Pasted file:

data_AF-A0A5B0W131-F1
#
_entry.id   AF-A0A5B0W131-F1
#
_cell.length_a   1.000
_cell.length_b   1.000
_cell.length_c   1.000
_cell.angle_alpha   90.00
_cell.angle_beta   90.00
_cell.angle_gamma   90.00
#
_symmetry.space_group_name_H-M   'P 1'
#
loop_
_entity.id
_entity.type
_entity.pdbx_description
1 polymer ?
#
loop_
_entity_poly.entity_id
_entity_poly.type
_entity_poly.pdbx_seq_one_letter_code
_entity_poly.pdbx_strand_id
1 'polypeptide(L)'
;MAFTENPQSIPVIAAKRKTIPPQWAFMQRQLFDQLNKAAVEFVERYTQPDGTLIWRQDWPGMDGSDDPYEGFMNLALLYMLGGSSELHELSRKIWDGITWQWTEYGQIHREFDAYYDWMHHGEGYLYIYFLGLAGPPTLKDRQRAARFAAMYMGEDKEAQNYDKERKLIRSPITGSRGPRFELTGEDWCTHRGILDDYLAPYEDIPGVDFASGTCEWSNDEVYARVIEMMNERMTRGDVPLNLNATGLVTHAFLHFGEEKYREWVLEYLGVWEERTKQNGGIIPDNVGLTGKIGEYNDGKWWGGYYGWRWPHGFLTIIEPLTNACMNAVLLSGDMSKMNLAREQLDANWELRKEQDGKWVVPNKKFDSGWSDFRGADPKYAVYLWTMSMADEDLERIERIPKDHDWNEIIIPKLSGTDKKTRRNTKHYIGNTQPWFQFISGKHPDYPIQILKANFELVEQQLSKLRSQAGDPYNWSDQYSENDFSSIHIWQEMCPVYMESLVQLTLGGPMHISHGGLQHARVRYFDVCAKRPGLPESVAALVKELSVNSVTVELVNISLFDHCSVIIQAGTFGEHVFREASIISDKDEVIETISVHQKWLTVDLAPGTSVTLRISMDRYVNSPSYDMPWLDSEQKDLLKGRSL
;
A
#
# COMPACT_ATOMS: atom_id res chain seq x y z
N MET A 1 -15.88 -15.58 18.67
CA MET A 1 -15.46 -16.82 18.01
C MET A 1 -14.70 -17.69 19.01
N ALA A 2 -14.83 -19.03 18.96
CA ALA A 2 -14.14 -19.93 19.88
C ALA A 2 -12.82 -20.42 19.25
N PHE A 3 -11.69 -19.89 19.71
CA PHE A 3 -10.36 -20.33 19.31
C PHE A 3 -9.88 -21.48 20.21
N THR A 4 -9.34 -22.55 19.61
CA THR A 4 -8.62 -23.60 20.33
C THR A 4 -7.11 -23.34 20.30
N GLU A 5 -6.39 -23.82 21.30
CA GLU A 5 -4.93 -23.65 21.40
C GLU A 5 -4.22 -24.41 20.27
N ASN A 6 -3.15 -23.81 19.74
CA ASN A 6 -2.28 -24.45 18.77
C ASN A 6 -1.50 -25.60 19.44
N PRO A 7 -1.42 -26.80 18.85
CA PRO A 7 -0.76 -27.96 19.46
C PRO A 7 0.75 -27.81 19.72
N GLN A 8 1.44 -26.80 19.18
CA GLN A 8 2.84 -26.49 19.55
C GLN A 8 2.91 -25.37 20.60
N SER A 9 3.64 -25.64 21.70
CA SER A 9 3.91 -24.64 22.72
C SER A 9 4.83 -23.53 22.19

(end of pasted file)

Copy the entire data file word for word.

data_AF-A0A5B0W131-F1
#
_entry.id   AF-A0A5B0W131-F1
#
_cell.length_a   1.000
_cell.length_b   1.000
_cell.length_c   1.000
_cell.angle_alpha   90.00
_cell.angle_beta   90.00
_cell.angle_gamma   90.00
#
_symmetry.space_group_name_H-M   'P 1'
#
loop_
_entity.id
_entity.type
_entity.pdbx_description
1 polymer ?
#
loop_
_entity_poly.entity_id
_entity_poly.type
_entity_poly.pdbx_seq_one_letter_code
_entity_poly.pdbx_strand_id
1 'polypeptide(L)'
;MAFTENPQSIPVIAAKRKTIPPQWAFMQRQLFDQLNKAAVEFVERYTQPDGTLIWRQDWPGMDGSDDPYEGFMNLALLYMLGGSSELHELSRKIWDGITWQWTEYGQIHREFDAYYDWMHHGEGYLYIYFLGLAGPPTLKDRQRAARFAAMYMGEDKEAQNYDKERKLIRSPITGSRGPRFELTGEDWCTHRGILDDYLAPYEDIPGVDFASGTCEWSNDEVYARVIEMMNERMTRGDVPLNLNATGLVTHAFLHFGEEKYREWVLEYLGVWEERTKQNGGIIPDNVGLTGKIGEYNDGKWWGGYYGWRWPHGFLTIIEPLTNACMNAVLLSGDMSKMNLAREQLDANWELRKEQDGKWVVPNKKFDSGWSDFRGADPKYAVYLWTMSMADEDLERIERIPKDHDWNEIIIPKLSGTDKKTRRNTKHYIGNTQPWFQFISGKHPDYPIQILKANFELVEQQLSKLRSQAGDPYNWSDQYSENDFSSIHIWQEMCPVYMESLVQLTLGGPMHISHGGLQHARVRYFDVCAKRPGLPESVAALVKELSVNSVTVELVNISLFDHCSVIIQAGTFGEHVFREASIISDKDEVIETISVHQKWLTVDLAPGTSVTLRISMDRYVNSPSYDMPWLDSEQKDLLKGRSL
;
A
#
# COMPACT_ATOMS: atom_id res chain seq x y z
N MET A 1 -15.88 -15.58 18.67
CA MET A 1 -15.46 -16.82 18.01
C MET A 1 -14.70 -17.69 19.01
N ALA A 2 -14.83 -19.03 18.96
CA ALA A 2 -14.14 -19.93 19.88
C ALA A 2 -12.82 -20.42 19.25
N PHE A 3 -11.69 -19.89 19.71
CA PHE A 3 -10.36 -20.33 19.31
C PHE A 3 -9.88 -21.48 20.21
N THR A 4 -9.34 -22.55 19.61
CA THR A 4 -8.62 -23.60 20.33
C THR A 4 -7.11 -23.34 20.30
N GLU A 5 -6.39 -23.82 21.30
CA GLU A 5 -4.93 -23.65 21.40
C GLU A 5 -4.22 -24.41 20.27
N ASN A 6 -3.15 -23.81 19.74
CA ASN A 6 -2.28 -24.45 18.77
C ASN A 6 -1.50 -25.60 19.44
N PRO A 7 -1.42 -26.80 18.85
CA PRO A 7 -0.76 -27.96 19.46
C PRO A 7 0.75 -27.81 19.72
N GLN A 8 1.44 -26.80 19.18
CA GLN A 8 2.84 -26.49 19.55
C GLN A 8 2.91 -25.37 20.60
N SER A 9 3.64 -25.64 21.70
CA SER A 9 3.91 -24.64 22.72
C SER A 9 4.83 -23.53 22.19